Very few parents had not accessed any childcare at all in the last year (11% of all families). Where they had not used childcare, this was often because families had older school-age children or because they preferred to look after their children themselves. A small minority (10%) said they were not using childcare because they could not afford it, and very few parents mentioned problems with availability, transport or quality. This suggests that for many, although not all, families not using childcare in the last year was mainly due to choice rather than constraint. As a result, for the majority of families not using any formal childcare in the last year, it appeared that there were no potential changes to childcare provision which might change their mind. In terms of informal care, most (86%) of these families said it was available to them if they needed it for one-off occasions but fewer (56%) said it was available to help them on a regular basis. Parents of younger children (0-2 years) who had not used nursery education largely attributed their decision to personal preference, with 60% saying their child was too young and 32% expressing a direct preference for keeping their child with them at home. Only a minority mentioned problems with affordability and availability of childcare, although there was an indication that these might have been more of a concern for working lone parents. Overall, 8% of selected children had a longstanding health condition or disability; 6% had a health condition or disability that affected their daily life – 2% said it did not affect their daily life. Children with an illness/ disability which affected daily lives were as likely as other children to have used childcare in the last week. However, substantial proportions of parents with disabled children felt that local childcare provision did not adequately cater for their particular needs. For instance, only 43% of parents agreed that there were providers in their area who could cater for their child’s illness/ disability; only 39% felt that hours available at those providers fitted with their other daily commitments and 21% said it was difficult/ very difficult to travel to a suitable provider.
A request was made to Ofsted to provide information for all records in the “childcare on non-domestic premises” category (excluding those classified as inactive and those appearing on the Voluntary Childcare Register (VCR) only) from their July 2017 monthly snapshot of the database; this snapshot was the most recent iteration available for the 2018 survey. The data was provided in two stages, with stage 1 providing the variables necessary for drawing the sample and stage 2 containing provider contact details (address, telephone numbers and e-mail address).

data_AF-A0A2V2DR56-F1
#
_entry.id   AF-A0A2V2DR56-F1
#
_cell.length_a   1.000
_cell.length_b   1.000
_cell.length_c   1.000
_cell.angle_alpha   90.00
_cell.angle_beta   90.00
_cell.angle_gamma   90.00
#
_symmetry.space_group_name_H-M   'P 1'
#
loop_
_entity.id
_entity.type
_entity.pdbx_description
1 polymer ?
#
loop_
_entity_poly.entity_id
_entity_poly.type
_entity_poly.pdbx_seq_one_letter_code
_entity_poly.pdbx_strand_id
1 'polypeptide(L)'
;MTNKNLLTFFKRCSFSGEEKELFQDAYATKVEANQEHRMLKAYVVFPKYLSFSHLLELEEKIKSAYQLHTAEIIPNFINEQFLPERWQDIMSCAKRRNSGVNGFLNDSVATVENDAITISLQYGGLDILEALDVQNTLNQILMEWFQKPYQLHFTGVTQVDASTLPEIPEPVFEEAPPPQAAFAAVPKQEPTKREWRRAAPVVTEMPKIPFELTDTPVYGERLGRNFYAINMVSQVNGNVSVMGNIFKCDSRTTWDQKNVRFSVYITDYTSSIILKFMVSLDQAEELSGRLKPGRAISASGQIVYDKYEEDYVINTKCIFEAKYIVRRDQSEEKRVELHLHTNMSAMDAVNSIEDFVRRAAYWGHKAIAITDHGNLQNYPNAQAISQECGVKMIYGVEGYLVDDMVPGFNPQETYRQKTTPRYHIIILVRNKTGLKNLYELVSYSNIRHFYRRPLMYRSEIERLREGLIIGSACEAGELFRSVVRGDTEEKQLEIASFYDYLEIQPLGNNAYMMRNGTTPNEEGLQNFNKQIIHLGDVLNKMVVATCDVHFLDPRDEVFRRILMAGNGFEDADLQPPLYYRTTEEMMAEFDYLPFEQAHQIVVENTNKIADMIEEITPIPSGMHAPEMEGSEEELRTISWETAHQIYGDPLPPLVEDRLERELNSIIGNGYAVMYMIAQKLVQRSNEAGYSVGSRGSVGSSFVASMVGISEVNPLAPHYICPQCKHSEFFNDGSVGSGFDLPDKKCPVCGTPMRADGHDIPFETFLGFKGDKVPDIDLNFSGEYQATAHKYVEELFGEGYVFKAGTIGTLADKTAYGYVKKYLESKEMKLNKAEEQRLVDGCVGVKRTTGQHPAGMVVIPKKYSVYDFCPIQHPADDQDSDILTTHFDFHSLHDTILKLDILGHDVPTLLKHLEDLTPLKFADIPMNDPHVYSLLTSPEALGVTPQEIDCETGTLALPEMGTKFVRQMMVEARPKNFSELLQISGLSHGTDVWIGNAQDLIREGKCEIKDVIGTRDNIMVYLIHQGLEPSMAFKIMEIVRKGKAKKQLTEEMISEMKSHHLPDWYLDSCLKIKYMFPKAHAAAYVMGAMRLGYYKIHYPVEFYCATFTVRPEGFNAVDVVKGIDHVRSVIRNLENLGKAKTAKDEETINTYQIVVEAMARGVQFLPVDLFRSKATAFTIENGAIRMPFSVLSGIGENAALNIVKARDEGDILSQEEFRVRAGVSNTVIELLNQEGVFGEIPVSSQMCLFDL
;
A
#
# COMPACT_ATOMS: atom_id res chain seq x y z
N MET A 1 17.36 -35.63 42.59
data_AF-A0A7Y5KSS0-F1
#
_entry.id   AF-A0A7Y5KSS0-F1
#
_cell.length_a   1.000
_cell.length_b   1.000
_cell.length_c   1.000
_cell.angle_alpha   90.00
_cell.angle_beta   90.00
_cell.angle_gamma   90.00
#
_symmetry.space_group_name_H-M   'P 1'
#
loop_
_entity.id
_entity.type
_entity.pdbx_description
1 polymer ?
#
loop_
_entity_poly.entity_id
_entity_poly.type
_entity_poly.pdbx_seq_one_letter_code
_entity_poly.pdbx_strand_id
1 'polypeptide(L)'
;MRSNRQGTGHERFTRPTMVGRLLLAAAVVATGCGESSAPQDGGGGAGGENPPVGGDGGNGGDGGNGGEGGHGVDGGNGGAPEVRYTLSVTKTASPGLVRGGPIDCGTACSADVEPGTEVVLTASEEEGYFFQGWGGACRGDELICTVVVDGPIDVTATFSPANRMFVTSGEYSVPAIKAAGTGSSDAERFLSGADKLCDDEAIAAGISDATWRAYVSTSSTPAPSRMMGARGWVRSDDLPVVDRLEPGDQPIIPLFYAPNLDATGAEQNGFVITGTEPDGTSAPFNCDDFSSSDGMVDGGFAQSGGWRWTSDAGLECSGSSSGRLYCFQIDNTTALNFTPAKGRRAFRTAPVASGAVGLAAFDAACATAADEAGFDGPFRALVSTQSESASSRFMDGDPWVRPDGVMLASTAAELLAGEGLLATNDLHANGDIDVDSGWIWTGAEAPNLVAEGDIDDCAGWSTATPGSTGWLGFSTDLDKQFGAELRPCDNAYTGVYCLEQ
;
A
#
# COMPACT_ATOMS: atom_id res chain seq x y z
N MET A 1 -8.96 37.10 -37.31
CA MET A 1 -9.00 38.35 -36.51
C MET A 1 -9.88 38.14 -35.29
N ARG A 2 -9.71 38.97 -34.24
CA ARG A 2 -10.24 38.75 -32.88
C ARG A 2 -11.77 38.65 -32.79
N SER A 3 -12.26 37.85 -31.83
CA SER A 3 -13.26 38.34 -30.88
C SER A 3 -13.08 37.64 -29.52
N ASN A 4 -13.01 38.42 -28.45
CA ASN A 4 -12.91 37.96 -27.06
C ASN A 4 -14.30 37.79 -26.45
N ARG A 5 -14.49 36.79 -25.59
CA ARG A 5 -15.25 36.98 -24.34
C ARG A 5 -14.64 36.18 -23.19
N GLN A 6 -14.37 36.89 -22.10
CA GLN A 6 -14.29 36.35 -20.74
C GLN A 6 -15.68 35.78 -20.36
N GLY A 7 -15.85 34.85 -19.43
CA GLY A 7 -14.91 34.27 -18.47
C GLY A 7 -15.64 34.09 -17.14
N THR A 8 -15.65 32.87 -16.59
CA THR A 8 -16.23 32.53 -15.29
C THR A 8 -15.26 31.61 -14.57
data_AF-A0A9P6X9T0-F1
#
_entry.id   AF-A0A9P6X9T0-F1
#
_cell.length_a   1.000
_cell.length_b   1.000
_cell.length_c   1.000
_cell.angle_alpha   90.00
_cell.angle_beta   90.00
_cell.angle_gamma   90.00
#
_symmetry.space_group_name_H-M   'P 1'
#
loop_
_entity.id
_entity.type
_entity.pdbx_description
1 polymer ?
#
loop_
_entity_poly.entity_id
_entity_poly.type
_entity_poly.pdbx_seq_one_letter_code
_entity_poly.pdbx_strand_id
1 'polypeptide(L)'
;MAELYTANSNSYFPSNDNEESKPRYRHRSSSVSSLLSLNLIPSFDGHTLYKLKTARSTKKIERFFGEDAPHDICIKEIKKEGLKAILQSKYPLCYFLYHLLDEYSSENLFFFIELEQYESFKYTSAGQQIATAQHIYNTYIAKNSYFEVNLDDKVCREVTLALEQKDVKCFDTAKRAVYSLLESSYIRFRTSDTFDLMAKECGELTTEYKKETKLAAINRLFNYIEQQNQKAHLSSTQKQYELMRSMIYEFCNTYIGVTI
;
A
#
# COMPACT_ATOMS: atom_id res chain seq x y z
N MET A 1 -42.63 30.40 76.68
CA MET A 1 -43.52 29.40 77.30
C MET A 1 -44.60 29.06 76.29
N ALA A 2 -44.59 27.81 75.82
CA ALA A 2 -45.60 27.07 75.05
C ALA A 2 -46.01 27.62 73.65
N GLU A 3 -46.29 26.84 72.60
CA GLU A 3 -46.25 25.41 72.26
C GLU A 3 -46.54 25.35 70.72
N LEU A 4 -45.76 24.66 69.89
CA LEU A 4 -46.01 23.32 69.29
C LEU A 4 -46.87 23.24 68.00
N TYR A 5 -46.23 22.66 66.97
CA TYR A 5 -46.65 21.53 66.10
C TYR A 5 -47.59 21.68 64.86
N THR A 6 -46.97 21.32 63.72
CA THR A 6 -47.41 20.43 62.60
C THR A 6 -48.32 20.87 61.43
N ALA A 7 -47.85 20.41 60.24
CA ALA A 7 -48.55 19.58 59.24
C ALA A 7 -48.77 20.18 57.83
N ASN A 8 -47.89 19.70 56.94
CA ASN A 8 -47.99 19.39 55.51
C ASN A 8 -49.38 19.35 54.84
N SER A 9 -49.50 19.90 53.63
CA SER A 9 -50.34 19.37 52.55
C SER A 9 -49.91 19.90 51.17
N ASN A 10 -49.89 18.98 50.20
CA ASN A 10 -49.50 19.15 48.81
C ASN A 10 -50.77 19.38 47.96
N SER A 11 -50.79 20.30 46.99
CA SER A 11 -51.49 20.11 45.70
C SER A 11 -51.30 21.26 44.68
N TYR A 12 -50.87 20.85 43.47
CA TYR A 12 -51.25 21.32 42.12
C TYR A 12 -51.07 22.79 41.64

This bulletin provides important information on childcare and early years provision in England from the Department for Education (DfE)’s Survey of Childcare and Early Years Providers. This includes representative survey data on: attendance and spare capacity within childcare settings; use of funded places; staff qualifications and pay; and the reported costs of providing childcare.
The 2018 Survey of Childcare and Early Years Providers included a telephone survey and a mixed mode (online and paper questionnaire) short survey. Fieldwork took place between March and July 2018 and covered: group-based providers (childcare providers who operate on non-domestic premises); school-based providers; and childminders (practicing childminders on the Ofsted register of childminders; not including those registered with an agency). The sample was drawn from two sample frames: group-based providers and childminders registered with Ofsted as of July 2017 and school-based providers from the January 2017 Schools Census, which were the most up-to-date sample frames available at the time of the survey in 2018. The surveys were administered by NatCen Social Research and this bulletin prepared by Frontier Economics.
Similarly, there has been an increase in the proportion of after school provision run by schools or colleges (rising from 27 per cent in 2011 to 40 per cent in 2013). The large scale of this change suggests that these data have been influenced by the change in the definition of after school provision in the 2013 survey and no firm conclusions can be drawn about whether the ownership profile has genuinely changed since 2011. However, looking forwards, the Children and Families Act 2014 removed the requirements set out in sections 28(4) and 28(5) of the Education Act 2002 for the governing bodies of maintained schools in England to consult with the local authority, teachers/staff and parents of pupils registered at the school before making school facilities available outside of the school day to the wider community. The Government introduced this measure to simplify procedures for the setting up childcare and play facilities on school sites and it is therefore possible that schools will play an increasingly important role in out of school provision in years to come. 29